Here is some stuff I am reading and thinking about this weekend…
Book I’m Reading – Zen and the Art of Motorcycle Maintenance
Zen and the Art of Motorcycle Maintenance (ZAMM) is the autobiography of American writer and philosopher Robert Pirsig, wherein he chronicles his motorcycle journey across the country with his son. It is however much more than just an adventure tale. Through his journey, Pirsig explains his philosophy on life, creating a manifesto through motorcycle maintenance.
There are many lessons to be learned from this book, but a handful of persist throughout the story that can help reshape your perspective. Like, here is what Pirsig writes on how we lose so much time on unnecessary affairs that we move swiftly past what is really important –
We’re in such a hurry most of the time we never get much chance to talk. The result is a kind of endless day-to-day shallowness, a monotony that leaves a person wondering years later where all the time went and sorry that it’s all gone.
Then, here is Pirsig’s idea of how to fix the world –
The place to improve the world is first in one’s own heart and head and hands, and then work outward from there. Other people can talk about how to expand the destiny of mankind. I just want to talk about how to fix a motorcycle.
One of the most beautiful lessons I take from the books is the idea of enjoying the journey instead of just waiting for the destination. As Pirsig writes –
Mountains should be climbed with as little effort as possible and without desire. The reality of your own nature should determine the speed. If you become restless, speed up. If you become winded, slow down. You climb the mountain in an equilibrium between restlessness and exhaustion. Then, when you are no longer thinking ahead, each footstep isn’t just a means to an an end but a unique event in itself. This leaf has jagged edges. This rock looks loose. From this place the snow is less visible, even though closer. These are things you should notice anyway. To live only for some future goal is shallow. It’s the sides of the mountain that sustain life, not the top. Here’s where things grow.
Nobody wants to look back on their life and say, “Wow, I sure wish I experienced more, but at least I’m rich!” In today’s world, we often equate monetary success with concrete success. But for Pirsig, it’s all about the quality of your success that matters. And quite honestly, that sounds a lot better than just living a rich but ultimately unfulfilled life.
ZAMM is a beautiful book. Read it when you can.
Idea I’m Thinking – Owning Stocks is a Long-Term Project
In the long journey of the stock of a high-quality business, the daily short-term jumps – or volatility as they call it in business news – that makes people nervous are “non-events.” Annie Duke writes in her brilliant book Thinking in Bets –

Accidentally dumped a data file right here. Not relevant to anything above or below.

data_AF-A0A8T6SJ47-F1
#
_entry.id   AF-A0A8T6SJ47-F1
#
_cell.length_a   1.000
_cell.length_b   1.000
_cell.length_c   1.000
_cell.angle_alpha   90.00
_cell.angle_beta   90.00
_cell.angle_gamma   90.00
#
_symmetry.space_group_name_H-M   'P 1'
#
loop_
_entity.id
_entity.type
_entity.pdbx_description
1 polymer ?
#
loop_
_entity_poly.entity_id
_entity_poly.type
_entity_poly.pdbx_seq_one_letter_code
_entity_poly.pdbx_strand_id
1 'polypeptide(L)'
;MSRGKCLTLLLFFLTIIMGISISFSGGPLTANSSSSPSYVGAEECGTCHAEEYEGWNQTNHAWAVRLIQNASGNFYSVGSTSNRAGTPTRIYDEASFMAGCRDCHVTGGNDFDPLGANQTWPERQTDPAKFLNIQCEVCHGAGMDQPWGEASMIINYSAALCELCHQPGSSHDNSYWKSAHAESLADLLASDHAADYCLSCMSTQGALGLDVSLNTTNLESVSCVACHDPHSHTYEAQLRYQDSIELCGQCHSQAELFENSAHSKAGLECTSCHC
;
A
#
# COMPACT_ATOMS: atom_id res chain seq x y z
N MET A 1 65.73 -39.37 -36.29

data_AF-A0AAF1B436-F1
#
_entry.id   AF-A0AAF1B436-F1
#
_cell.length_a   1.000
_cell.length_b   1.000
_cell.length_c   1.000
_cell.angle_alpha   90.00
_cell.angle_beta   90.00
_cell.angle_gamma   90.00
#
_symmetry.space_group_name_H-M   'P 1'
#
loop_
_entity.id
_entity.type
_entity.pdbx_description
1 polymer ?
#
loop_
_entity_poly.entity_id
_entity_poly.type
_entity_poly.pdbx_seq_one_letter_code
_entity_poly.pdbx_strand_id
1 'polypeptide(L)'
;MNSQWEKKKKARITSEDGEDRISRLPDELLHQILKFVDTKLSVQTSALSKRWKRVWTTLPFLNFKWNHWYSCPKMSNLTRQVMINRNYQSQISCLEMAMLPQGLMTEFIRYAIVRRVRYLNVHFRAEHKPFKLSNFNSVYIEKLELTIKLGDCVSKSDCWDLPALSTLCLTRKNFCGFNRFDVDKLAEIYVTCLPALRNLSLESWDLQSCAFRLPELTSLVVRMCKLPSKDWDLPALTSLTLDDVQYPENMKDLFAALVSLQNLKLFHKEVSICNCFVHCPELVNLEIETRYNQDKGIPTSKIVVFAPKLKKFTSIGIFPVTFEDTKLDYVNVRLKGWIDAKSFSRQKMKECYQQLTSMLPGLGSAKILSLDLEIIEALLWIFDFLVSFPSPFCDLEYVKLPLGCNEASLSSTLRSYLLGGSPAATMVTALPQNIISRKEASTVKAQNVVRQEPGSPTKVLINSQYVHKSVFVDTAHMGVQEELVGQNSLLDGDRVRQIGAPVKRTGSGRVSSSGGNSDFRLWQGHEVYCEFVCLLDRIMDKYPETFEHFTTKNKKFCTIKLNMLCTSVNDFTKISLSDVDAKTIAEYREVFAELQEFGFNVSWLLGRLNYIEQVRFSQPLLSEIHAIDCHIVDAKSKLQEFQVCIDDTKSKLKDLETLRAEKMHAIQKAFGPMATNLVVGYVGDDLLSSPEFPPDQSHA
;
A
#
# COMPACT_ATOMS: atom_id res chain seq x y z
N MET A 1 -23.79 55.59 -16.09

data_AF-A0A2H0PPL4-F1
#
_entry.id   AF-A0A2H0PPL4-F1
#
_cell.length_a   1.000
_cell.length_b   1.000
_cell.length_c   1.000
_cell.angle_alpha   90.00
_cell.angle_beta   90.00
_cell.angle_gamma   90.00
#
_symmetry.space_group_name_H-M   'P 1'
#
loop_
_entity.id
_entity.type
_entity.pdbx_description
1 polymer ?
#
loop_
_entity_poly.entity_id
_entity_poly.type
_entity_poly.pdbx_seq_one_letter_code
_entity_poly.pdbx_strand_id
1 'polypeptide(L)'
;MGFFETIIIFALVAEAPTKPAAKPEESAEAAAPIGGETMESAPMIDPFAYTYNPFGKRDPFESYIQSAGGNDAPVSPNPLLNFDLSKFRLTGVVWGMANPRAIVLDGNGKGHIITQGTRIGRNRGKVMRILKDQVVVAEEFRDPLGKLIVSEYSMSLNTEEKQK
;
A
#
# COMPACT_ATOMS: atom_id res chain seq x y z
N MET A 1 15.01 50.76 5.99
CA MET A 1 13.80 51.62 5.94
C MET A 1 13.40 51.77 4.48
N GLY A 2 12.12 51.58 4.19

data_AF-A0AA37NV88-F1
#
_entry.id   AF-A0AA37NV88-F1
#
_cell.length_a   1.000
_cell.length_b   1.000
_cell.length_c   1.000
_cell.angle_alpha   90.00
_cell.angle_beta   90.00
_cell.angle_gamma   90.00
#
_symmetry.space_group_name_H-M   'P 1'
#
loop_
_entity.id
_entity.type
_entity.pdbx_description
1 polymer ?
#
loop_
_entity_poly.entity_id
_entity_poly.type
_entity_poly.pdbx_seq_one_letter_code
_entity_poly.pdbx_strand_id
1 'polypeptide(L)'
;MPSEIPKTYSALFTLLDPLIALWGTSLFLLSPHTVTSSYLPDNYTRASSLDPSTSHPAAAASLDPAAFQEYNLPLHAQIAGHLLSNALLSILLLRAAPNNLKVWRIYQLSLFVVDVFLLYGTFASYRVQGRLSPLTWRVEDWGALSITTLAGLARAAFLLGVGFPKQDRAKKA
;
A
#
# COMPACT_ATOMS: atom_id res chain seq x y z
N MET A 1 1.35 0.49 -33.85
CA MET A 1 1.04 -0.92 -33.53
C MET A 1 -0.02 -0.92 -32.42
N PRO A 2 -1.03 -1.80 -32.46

In our decision-making lives, we aren’t that good at taking this kind of perspective – at accessing the past and future to get a better view of how any given moment might fit into the scope of time. It just feels how it feels in the moment and we react to it.…We make a long-term stock investment because we want it to appreciate over years or decades. Yet there we are, watching a downward tick over a few minutes, consumed by imagining the worst. What’s the volume? Is it heavier than usual? Better check the news stories. Better check the message boards to find out what rumors are circulating.
Even noted psychologist Daniel Kahneman agrees –
If owning stocks is a long-term project for you, following their changes constantly is a very, very bad idea. It’s the worst possible thing you can do, because people are so sensitive to short-term losses. If you count your money every day, you’ll be miserable.
Thoughts I’m Meditating On
There is nothing like losing all you have in the world for teaching you what not to do. And when you know what not to do in order not to lose money, you begin to learn what to do in order to win.
~ Jesse Livermore
When you understand that nobody wants to read your shit, your mind becomes powerfully concentrated. You begin to understand that writing/reading is, above all, a transaction. The reader donates his time and attention, which are supremely valuable commodities. In return, you the writer must give him something worthy of his gift to you.
~ Steven Pressfield
Video I’m Watching – Enjoy Yourself
It’s a beautiful little video! Just watch it, and enjoy yourself!
Articles I’m Reading
- Warren Buffett Berkshire Hathaway Annual Meeting Transcript 2020 (Rev)
- Covid-19-Induced Need Versus Greed Decisions (Mint)
- Value Failed Because It Was Expensive (Distillate Capital)
- Inside the Biggest Oil Meltdown in History (Institutional Investor)
- What Have We Learned Here? (Collaborative Fund)
- Why Most Post-Pandemic Predictions Will Be Totally Wrong (Medium)
- This Version of Warren Buffett (The Reformed Broker)
- Speculative Booms (Investor Amnesia)
- If Charlie Munger Didn’t Quit When He Was Divorced, Broke, and Burying His 9 Year Old Son, You Have No Excuse (Joshua Kennon)
- Bad Arguments and How to Avoid Them (Farnam Street)
- Wizards of Dalal Street: How to Build A Crisis-Proof Portfolio? (CNBC)
A Question for You
When times are difficult, we find it hard to recognize our good decisions, and our wins, from the past. However, acknowledging them as we move into the future empowers us to seek out ideas, people and experiences that set us up for success.
Ask yourself – Looking back over the last 5 years, where did I go right?
That’s about it from me for today.
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Enjoy yourself, it’s later than you think.
Mahesh Jhamtani says
As always wonderful article. Have a nice weekend.
Thanks Vishal for sharing !
Please make a video explaining the analysis of cash flow statements according to Accounting standards 3 – direct method 🙏